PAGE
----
Those two aspects of Trump's personality are on full display with the recent release of campaign finance records, the consequences of New York Attorney General Letitia James' civil probe into the Trump Organization. A report from Forbes' Chase Peterson-Withorn examining the documents found that (are you sitting down?) Trump greatly exaggerated his wealth.
As the report notes, Forbes is well-acquainted with Trump's frequent lies about his wealth. As far back as 1982, he sicced his lawyer Roy Cohn on Forbes, with Cohn insisting Trump had $500 million in liquid assets—more than the worth of his entire company at the time. The goal for Trump was to snag a higher spot on the Forbes list of the 400 richest Americans.
The New York Attorney General's investigation hinges on a similar issue—the allegation that Trump has frequently lied about his wealth and assets when it was financially beneficial.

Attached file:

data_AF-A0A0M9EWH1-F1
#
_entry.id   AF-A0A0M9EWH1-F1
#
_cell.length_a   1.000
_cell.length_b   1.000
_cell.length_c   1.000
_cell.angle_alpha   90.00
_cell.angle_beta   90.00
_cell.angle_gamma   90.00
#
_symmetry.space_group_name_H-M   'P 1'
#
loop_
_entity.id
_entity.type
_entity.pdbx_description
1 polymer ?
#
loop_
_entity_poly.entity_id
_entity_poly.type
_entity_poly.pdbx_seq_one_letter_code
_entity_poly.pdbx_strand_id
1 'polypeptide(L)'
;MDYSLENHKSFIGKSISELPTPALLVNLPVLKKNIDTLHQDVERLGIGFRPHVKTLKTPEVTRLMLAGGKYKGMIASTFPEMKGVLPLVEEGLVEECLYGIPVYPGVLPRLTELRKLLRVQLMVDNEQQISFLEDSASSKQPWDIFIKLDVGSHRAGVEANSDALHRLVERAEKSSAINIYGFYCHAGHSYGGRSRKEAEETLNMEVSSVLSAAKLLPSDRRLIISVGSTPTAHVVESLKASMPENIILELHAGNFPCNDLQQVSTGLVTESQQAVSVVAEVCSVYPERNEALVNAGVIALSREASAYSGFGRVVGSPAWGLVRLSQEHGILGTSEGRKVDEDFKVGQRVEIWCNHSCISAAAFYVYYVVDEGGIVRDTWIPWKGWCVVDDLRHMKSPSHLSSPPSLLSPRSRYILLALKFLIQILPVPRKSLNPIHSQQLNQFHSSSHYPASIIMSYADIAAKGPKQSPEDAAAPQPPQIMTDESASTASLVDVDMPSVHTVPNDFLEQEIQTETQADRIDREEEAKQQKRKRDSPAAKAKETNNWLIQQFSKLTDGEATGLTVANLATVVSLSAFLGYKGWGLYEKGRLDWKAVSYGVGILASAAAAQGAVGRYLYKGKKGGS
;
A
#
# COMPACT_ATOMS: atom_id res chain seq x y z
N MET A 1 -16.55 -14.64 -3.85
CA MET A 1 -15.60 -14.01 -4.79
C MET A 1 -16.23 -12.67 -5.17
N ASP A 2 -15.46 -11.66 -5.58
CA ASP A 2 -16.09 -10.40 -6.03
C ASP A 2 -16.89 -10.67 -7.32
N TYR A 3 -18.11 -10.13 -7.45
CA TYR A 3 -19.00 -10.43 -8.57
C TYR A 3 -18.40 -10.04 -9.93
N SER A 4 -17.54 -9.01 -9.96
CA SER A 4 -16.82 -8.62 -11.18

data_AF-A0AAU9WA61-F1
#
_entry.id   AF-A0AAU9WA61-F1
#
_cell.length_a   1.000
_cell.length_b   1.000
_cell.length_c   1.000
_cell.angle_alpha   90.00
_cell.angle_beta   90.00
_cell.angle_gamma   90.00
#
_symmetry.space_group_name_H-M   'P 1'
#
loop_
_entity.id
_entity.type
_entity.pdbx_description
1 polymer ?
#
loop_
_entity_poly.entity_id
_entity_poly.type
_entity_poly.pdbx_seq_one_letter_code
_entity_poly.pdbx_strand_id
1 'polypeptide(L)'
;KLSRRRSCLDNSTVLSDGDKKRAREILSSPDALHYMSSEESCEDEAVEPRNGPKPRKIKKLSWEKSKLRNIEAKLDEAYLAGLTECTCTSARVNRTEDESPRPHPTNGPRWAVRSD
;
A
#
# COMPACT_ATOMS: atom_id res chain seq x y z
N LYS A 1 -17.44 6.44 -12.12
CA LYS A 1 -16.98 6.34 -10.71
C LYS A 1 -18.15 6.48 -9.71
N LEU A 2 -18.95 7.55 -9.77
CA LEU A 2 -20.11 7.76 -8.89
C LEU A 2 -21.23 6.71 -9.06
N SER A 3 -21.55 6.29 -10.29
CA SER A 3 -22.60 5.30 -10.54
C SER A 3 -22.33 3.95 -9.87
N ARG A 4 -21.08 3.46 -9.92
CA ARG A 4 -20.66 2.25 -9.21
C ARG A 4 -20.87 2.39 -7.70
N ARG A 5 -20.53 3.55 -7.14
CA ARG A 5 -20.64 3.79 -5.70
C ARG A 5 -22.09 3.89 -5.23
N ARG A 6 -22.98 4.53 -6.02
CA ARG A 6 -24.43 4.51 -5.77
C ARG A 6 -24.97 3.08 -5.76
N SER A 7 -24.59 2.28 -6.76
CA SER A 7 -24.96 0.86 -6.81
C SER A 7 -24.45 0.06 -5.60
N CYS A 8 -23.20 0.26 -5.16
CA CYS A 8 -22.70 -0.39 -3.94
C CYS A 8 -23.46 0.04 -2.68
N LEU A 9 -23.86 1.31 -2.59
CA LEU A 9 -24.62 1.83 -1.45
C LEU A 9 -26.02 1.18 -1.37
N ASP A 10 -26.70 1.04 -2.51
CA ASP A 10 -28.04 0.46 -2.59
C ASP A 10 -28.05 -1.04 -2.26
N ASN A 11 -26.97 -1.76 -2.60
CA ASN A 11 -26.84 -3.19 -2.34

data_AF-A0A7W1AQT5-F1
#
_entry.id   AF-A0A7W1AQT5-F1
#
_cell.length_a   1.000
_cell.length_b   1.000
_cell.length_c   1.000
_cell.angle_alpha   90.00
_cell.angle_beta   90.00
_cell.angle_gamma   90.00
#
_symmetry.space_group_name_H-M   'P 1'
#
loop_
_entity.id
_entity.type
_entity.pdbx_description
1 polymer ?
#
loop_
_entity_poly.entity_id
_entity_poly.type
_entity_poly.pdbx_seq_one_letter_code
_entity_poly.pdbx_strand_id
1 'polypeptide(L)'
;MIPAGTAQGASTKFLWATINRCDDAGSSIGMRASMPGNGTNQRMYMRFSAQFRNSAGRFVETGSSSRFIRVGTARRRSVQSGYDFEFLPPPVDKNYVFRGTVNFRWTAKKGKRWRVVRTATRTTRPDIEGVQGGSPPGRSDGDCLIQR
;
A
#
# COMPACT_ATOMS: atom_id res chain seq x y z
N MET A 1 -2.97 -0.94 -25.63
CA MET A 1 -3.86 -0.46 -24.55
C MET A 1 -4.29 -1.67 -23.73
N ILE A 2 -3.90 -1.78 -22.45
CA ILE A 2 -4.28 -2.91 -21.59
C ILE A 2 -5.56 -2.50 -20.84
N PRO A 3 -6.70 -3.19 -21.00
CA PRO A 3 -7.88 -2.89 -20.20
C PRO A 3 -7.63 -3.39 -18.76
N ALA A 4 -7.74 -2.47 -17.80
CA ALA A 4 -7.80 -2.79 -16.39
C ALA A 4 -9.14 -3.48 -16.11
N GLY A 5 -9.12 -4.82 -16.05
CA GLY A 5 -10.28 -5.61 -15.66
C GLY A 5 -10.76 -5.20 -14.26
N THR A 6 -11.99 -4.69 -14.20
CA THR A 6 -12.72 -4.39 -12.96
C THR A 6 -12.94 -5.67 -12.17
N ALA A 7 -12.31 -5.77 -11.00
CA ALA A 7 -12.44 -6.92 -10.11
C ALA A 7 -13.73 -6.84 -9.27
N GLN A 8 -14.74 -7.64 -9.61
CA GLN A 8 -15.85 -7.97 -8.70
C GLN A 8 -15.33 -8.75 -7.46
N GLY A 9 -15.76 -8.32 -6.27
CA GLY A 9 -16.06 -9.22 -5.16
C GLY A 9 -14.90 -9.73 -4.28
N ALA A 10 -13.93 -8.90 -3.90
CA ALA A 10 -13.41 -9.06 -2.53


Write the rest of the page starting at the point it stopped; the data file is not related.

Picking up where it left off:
Filings from Trump's last year in office put his liquid assets at $93 million—far less than his claim to have around $793 million just five years before. That $793 million was inflated as well, with documents revealing Trump actually had around $300 million in cash at the time. When he filed to campaign for President, this number changed again.
According to Forbes:
"But other documents soon introduced a different set of numbers. As a candidate for president, Trump was required to file a financial disclosure with the federal government. It showed a portfolio of cash and securities worth between $78 million and $232 million as of mid-2015."
People weren't exactly surprised.
They concluded it was just another part of Trump's big grift.